This is Mel Gibson urging the Scots to have brave hearts. This is Kenneth Branagh giving it ‘what ho’ as Henry V. This is Colin Firth leading the British through World War 2. Well almost. Deuteronomy is Moses telling Israel that they need to be true to God, if they are God will be true to them.
Moses calls the people together just before it is time for them to enter the Promised Land. For the next thirty or so chapters he recaps, or reminds the people what they should do. Most of what has been said in Exodus and Leviticus is mentioned again. This is a summary of the law but also a call to arms.
Live long and prosper
The law is also a covenant, or, to be blunt and very non-academic, a deal. If the people follow the law then God will look after them and they will prosper. But if they don’t then God won’t. Perhaps the key verses come in chapter six.
6:4-6 “Hear, O Israel: The LORD our God, the LORD is one. You shall love the LORD your God with all your heart and with all your soul and with all your might. And these words that I command you today shall be on your heart.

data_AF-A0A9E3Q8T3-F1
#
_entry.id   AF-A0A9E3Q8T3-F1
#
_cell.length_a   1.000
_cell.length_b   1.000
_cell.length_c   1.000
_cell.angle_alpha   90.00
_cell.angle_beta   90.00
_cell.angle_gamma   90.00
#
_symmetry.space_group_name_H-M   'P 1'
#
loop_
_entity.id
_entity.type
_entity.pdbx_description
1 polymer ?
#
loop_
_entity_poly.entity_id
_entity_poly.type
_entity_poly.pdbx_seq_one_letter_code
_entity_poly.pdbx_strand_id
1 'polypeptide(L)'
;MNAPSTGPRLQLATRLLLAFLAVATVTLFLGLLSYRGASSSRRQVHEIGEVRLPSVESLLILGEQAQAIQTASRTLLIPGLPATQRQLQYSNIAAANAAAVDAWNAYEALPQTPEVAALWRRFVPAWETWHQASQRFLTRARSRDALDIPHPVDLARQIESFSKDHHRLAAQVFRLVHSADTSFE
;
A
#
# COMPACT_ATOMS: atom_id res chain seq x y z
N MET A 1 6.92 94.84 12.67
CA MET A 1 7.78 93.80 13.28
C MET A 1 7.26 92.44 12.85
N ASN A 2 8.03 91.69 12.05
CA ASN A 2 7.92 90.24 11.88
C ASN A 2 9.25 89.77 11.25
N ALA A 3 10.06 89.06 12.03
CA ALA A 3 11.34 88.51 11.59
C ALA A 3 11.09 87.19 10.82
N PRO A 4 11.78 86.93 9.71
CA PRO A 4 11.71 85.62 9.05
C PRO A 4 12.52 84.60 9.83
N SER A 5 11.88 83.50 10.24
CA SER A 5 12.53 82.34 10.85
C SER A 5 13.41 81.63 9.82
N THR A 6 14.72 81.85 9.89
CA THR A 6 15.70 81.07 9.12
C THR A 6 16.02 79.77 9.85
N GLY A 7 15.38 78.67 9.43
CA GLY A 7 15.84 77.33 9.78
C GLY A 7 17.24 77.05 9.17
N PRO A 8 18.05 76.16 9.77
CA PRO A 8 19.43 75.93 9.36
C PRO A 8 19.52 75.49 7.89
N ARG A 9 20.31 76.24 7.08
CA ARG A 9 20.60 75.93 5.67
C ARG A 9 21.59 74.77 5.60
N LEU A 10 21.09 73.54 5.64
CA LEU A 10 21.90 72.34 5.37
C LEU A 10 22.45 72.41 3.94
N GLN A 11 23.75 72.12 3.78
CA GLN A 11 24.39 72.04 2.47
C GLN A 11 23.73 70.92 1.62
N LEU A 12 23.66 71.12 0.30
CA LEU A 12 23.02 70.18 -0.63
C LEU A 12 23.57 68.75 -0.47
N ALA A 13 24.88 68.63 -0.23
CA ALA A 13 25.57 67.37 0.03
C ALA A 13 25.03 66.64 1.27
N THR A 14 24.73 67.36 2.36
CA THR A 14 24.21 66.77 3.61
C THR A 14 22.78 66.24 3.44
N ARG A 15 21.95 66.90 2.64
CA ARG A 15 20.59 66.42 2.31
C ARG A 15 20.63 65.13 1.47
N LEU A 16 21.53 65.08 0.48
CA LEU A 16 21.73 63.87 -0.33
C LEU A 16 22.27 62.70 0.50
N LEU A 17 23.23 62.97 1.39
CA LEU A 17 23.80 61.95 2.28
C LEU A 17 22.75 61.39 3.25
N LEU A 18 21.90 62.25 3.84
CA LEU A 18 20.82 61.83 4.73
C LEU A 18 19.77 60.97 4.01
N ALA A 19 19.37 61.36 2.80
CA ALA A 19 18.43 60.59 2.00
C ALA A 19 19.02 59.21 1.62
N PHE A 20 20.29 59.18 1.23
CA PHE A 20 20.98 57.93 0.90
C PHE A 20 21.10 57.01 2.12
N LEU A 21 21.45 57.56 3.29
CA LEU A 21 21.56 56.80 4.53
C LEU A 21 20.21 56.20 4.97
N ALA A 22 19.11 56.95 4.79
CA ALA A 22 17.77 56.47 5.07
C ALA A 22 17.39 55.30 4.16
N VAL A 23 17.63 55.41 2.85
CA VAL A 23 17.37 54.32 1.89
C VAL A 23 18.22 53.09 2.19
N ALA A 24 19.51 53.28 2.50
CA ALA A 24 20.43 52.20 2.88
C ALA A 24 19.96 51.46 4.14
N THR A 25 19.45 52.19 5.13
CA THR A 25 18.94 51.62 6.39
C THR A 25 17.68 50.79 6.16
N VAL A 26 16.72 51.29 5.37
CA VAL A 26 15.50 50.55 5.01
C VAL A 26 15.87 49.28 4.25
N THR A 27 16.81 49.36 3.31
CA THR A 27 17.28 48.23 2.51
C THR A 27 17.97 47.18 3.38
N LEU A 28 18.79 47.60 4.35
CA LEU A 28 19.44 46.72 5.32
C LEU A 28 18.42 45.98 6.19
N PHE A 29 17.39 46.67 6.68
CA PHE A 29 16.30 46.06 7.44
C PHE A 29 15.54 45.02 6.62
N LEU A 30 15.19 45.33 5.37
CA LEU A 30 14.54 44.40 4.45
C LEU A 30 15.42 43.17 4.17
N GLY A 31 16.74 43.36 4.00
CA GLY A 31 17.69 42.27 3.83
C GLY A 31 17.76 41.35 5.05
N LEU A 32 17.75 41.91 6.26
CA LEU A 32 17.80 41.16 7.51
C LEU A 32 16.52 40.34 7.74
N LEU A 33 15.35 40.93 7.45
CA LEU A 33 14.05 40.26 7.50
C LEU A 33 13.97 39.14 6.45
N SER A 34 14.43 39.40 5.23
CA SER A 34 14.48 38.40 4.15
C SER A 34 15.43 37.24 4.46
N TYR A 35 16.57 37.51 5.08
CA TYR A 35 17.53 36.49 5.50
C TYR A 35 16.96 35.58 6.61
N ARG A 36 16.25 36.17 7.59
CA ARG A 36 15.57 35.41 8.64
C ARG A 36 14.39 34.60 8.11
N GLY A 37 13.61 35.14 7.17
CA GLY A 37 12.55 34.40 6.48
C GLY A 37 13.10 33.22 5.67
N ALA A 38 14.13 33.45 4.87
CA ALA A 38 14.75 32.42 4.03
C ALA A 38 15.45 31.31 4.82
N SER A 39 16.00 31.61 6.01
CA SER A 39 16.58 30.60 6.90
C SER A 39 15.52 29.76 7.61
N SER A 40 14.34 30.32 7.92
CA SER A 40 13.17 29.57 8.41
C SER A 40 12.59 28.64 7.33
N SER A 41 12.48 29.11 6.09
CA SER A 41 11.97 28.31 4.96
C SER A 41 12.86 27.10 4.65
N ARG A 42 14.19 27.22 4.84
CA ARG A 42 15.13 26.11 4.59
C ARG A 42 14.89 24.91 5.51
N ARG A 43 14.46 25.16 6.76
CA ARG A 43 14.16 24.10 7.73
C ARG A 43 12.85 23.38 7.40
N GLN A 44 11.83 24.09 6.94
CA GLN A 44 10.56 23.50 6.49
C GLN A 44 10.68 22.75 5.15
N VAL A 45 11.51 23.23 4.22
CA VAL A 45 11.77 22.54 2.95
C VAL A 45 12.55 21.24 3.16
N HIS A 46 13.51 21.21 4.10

The covenant can sound a little mercenary, but covenant agreements like this were common during these times. The one difference is they were normally between a stronger nation and a weaker nation. If the Sopranos is true then similar ‘agreements’ still go on today.
A God of love?
One of the most common things I hear is, ‘if God loves us then why is there so much pain in the world’ (or variations on this theme). And I end up thinking along similar lines with this book. Moses, who has led the Israelites out of Egypt and spoken directly with God, is told that he won’t be allowed into the Promised Land. After all he has done he is told that because he didn’t really stand up for God at one point in the wilderness, he won’t go into what will become Israel. Unfair? The actions of a God of love? What is Moses response though? He doesn’t complain, he gets on with things, accepts what God says and rallies the troops for the journey ahead.
I liked Deuteronomy, especially after Numbers. As a read it held together and had a clear place in the narrative. As a religious book, to read and challenge the way I live, then it is a little bit harder to enjoy.
Who’d have thought loving God and loving others could be so difficult!